Housing Minister 'disappointed' with Edinburgh Council's failures over children in temporary accommodation

Housing Minister Kevin Stewart has blasted city council bosses for their lack of progress to lift children in homeless families out of temporary accommodation.

Friday, 31st January 2020, 11:45 am
Updated Friday, 31st January 2020, 11:47 am
Housing Minister Kevin Stewart and city housing and homelessness convener, Cllr Kate Campbell

Scotland’s housing minister is “very disappointed” over the lack of progress that council bosses have made in ending children being sheltered in temporary accommodation.

Minister Kevin Stewart added that he is “not particularly happy” with the lack of progress made by both Edinburgh City Council and authorities in Glasgow in meeting legal duties around homelessness.

Snapshot statistics show that the number of children in temporary accommodation in the Capital has risen from 1,095 in 2018 to 1,260 last year. Scottish Government figures also show that as of September 2019, ten households with children were staying in B&Bs in the Capital – a reduction from the previous year. But 25 families with children were living in “unsuitable temporary accommodation”, a rise of eight from September 2018.

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Conservative MSP for the Lothians, Miles Briggs, quizzed Mr Stewart over how the Scottish Government is supporting the Capital’s housing chiefs to move families out of temporary accommodation and into permanent homes.

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Mr Stewart said: “I don’t want to see any children living in temporary accommodation so I am very disappointed to see that the number continue to rise in Edinburgh city.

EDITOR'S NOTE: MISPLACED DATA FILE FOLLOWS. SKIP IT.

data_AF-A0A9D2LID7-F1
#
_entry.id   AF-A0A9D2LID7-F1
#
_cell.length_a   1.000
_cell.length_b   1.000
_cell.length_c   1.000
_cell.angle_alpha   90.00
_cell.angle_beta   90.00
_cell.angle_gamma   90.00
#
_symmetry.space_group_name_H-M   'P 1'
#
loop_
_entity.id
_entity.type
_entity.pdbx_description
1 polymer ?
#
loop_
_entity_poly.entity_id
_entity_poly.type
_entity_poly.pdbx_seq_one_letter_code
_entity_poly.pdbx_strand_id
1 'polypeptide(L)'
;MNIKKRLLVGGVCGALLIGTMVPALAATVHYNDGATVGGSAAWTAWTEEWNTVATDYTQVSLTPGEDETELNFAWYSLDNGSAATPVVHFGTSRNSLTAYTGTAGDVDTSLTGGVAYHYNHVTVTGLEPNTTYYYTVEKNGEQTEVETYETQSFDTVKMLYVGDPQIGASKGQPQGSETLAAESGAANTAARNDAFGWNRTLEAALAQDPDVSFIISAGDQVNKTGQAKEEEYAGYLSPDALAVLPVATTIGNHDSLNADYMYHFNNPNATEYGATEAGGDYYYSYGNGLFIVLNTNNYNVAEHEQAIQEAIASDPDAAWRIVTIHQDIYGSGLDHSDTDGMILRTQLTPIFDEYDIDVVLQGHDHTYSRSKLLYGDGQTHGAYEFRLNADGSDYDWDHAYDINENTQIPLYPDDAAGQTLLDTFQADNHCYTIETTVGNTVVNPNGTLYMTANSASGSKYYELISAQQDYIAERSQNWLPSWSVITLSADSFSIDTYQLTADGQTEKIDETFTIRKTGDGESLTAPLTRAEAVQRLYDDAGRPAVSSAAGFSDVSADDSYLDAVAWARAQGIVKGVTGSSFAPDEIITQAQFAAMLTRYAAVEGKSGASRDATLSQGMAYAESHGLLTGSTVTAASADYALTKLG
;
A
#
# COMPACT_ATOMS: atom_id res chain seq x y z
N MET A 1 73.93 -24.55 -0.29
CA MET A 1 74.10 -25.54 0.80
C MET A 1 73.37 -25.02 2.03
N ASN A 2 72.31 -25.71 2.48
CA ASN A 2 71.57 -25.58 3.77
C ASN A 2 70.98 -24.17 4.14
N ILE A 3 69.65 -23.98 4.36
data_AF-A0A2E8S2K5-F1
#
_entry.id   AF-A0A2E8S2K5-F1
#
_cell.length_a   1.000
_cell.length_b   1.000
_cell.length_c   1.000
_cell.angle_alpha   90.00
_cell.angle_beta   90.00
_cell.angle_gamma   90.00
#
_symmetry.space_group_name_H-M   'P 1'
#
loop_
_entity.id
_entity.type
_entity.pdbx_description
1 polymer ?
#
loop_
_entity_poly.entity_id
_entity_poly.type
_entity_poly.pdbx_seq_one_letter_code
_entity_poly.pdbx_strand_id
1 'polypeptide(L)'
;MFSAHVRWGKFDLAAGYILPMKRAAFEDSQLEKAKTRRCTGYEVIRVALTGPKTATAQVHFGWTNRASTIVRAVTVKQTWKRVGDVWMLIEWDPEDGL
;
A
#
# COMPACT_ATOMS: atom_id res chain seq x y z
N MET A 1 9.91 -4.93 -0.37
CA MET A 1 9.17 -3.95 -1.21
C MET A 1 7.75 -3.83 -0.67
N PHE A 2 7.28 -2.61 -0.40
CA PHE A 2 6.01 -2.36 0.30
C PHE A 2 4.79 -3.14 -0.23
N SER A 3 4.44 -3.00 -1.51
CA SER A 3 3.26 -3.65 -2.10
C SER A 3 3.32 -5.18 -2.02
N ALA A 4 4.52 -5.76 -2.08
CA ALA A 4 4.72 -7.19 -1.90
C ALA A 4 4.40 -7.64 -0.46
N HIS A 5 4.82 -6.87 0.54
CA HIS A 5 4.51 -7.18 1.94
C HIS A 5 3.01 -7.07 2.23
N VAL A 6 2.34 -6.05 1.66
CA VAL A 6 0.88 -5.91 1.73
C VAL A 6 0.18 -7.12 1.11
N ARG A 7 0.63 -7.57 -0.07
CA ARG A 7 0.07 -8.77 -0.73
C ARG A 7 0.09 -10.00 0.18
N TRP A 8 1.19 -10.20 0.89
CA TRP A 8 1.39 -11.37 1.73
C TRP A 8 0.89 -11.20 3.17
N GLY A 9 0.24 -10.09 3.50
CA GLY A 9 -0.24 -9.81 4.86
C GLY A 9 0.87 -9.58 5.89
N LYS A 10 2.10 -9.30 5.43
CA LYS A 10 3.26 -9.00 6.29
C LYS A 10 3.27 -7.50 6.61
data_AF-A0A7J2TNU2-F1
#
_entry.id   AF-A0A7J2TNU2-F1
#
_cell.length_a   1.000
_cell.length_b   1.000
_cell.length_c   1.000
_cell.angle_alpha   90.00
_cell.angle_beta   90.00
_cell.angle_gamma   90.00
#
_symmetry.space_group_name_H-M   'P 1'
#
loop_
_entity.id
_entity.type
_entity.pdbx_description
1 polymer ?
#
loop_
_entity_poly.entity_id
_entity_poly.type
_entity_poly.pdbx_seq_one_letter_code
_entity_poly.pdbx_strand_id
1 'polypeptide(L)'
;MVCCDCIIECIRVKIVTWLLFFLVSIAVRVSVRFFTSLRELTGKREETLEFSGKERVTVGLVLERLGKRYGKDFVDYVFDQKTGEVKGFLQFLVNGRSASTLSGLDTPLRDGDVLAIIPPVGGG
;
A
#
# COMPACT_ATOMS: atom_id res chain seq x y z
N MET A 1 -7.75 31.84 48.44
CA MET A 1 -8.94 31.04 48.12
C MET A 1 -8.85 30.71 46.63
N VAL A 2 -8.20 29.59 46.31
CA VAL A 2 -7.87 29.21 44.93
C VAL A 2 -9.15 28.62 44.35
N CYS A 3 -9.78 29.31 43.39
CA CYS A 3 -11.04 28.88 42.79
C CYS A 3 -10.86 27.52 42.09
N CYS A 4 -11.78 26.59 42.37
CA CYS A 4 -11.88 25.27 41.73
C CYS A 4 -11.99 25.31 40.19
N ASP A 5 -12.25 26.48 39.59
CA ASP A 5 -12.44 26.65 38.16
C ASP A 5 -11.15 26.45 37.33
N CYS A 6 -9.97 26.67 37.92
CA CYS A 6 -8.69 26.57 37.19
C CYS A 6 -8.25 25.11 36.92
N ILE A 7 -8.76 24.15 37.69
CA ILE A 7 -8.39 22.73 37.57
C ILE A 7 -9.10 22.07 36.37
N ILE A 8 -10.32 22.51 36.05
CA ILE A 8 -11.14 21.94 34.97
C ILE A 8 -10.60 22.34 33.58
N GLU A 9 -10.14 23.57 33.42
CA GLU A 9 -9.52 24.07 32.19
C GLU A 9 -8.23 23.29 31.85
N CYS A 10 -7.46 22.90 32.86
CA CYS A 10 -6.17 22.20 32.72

“I met with the chief executive and the housing convener of the council last week and discussed the progress they are making towards transforming the homelessness system to ensure that children don’t live in unsuitable accommodation such as bed and breakfasts.”

Mr Briggs also highlighted the failure of both Edinburgh and Glasgow authorities in failing to accommodate homeless people as well as breaching the law for sheltering homeless families in unsuitable accommodation for seven days or longer.

He added: “Given that the figures are showing that these councils are not meeting their statutory duties around this and given specific issues that families are experiencing, both in Edinburgh and in Glasgow, what other actions do ministers look to take, specifically in Edinburgh and Glasgow, given we are seeing increases when the rest of the country is seeing decreases?”

Statistics show that authorities in Edinburgh failed to find somewhere for 1,405 homeless households to stay from 2017 to September 2019 – and the situation was even worse in Glasgow.

Mr Stewart said: “I continue to discuss these matters with local authorities on a regular basis. I think it would be fair to say that I’m not particularly happy at some of the things that have gone on in the local authorities that Mr Briggs has mentioned.

“To be fair to both local authorities though, they are embarking on a significant amount of change. In Edinburgh I went to a supported accommodation housing, which I think is quite exceptional. It’s the kind of thing that needs to be replicated in other places.”

Cllr Kate Campbell, the council’s housing, homelessness and fair work convener, has pointed to welfare reforms from the UK Government as contributing to the problems and reiterated her commitment to find a permanent home for everyone in the city.

She added: “Unfortunately the number of children in all forms of temporary accommodation has gone up, and began increasing sharply when the two child cap came into existence. We know that welfare reform has pushed families into poverty, and we know that homelessness from the private rented sector is increasing in Edinburgh as homes become unaffordable to many.

“Taking families out of B&B is the number one priority for us and the numbers are down significantly from last year. We’ve done this by increasing the number of temporary flats available to families.

“Our ultimate priority is to help everyone experiencing homelessness into a permanent home as quickly as possible. The Rapid Rehousing Transition Plan, supported by the Scottish Government, sets out our long term plan on how to do this.”